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20 million mosquitoes to be released to limit population

Published on 17/07/17 at 10:02am

Releasing 20 million mosquitoes does not sound like the right way to go about reducing the overall population; however, the project, backed by Verily Life Sciences, sees male mosquitoes infected with a particular bacterium that effectively makes them infertile.

The news is of interest for several reasons, for one, it gives a clearer idea of the kind of projects that Alphabet-subsidiary, Verily Life Sciences, is involved in and because it offers an alternative solution to the development of vaccines in the fight against numerous  infectious disease, such as Zika.

The technology works by breeding mosquitoes at a rate of 150,000 per week, each being bred to be infected by a type of bacteria called Wolbachia. This means that when males of the species reproduce with female, the eggs that are produced do not release young. Verily brings automation to the process, with the breeding requiring very little human input.

Verily, alongside MosquitoMate, will release one million mosquitoes per week in an area of Fresno, California, to see if this method can significantly reduce the overall population. The numbers are required to be so high in order for male mosquitoes to be able to out-compete their fertile, non-infected wild competitors.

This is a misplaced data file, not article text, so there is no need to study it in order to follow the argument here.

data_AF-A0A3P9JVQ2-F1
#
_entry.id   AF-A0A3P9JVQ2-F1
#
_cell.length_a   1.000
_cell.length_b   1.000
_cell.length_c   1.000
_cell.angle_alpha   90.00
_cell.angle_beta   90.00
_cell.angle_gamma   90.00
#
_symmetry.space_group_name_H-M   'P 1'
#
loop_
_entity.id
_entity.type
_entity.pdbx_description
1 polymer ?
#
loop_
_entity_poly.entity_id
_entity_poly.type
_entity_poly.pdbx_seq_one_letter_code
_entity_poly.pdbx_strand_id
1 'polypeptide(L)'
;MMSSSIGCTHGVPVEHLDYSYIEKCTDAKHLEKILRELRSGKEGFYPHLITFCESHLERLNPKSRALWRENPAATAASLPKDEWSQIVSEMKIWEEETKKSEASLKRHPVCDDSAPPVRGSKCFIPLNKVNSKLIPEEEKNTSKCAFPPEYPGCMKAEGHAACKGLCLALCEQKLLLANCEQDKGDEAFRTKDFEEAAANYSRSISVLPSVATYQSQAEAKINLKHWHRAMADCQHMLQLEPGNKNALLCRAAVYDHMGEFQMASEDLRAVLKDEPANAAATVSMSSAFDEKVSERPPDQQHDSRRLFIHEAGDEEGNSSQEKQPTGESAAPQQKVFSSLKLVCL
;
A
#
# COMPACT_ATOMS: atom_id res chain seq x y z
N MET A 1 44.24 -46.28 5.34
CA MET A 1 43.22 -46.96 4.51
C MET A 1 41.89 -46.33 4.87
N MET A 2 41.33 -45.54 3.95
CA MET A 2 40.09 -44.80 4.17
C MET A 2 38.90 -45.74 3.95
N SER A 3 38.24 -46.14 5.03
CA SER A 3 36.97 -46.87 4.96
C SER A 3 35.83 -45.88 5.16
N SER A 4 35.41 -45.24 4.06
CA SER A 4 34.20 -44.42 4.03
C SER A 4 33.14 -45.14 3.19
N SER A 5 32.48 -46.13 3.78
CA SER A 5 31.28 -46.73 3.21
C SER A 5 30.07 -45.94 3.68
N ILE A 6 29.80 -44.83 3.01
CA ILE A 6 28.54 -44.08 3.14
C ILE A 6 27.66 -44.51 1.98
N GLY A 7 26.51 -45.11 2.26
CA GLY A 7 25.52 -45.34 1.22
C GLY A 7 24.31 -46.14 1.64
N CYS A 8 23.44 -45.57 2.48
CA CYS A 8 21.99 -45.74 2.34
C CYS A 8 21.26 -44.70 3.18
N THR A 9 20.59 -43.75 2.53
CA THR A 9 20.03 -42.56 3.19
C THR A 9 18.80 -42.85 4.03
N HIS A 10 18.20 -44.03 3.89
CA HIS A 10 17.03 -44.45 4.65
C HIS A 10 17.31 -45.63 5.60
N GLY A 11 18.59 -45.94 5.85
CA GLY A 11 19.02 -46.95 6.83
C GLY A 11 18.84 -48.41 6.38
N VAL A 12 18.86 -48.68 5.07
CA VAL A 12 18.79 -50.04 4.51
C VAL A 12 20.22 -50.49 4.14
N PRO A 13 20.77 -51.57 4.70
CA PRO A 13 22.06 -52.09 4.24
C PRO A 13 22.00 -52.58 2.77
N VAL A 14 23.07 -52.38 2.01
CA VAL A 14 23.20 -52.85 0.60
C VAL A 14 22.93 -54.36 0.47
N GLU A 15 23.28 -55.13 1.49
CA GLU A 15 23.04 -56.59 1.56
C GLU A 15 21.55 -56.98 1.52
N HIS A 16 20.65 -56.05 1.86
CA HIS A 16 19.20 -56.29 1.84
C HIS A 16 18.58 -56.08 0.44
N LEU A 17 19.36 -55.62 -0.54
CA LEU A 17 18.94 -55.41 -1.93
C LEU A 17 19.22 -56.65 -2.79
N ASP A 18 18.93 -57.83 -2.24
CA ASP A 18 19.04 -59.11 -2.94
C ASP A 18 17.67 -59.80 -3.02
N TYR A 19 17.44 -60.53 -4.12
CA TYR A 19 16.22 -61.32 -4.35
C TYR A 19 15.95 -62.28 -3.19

The particular mosquitoes that have been targeted are the invasive species Aedes aegypti, which is the species that carry the dengue, yellow fever and Zika viruses. Though the Zika virus has been brought under control in the areas where it impacted populations the most, there is still the threat it could spread and cause a public health risk again in the southern states of the US.

The long-term plan for Verily is to show that this method of mosquito population control is effective and reproducible in different areas. If the trials being carried out this summer prove effective, then it could be rolled out further and, beyond this, potentially be offered as services to countries at greater risk of the Zika virus.

It is another interesting step for Verily and one that displays the company beginning to flex its muscles in different areas. Only last month, it was revealed that it had invested in the Medicxi fund that seeks to invest in early-stage biotechs to bring their drugs through clinical stage trials and beginning to move into an area alongside pharma companies, such as GSK and Novartis. Not only is this a bet on the potential for European biotechs but it also sees the company able to appoint an expert to the scientific advisory board, alongside executives from Novartis.

Ben Hargreaves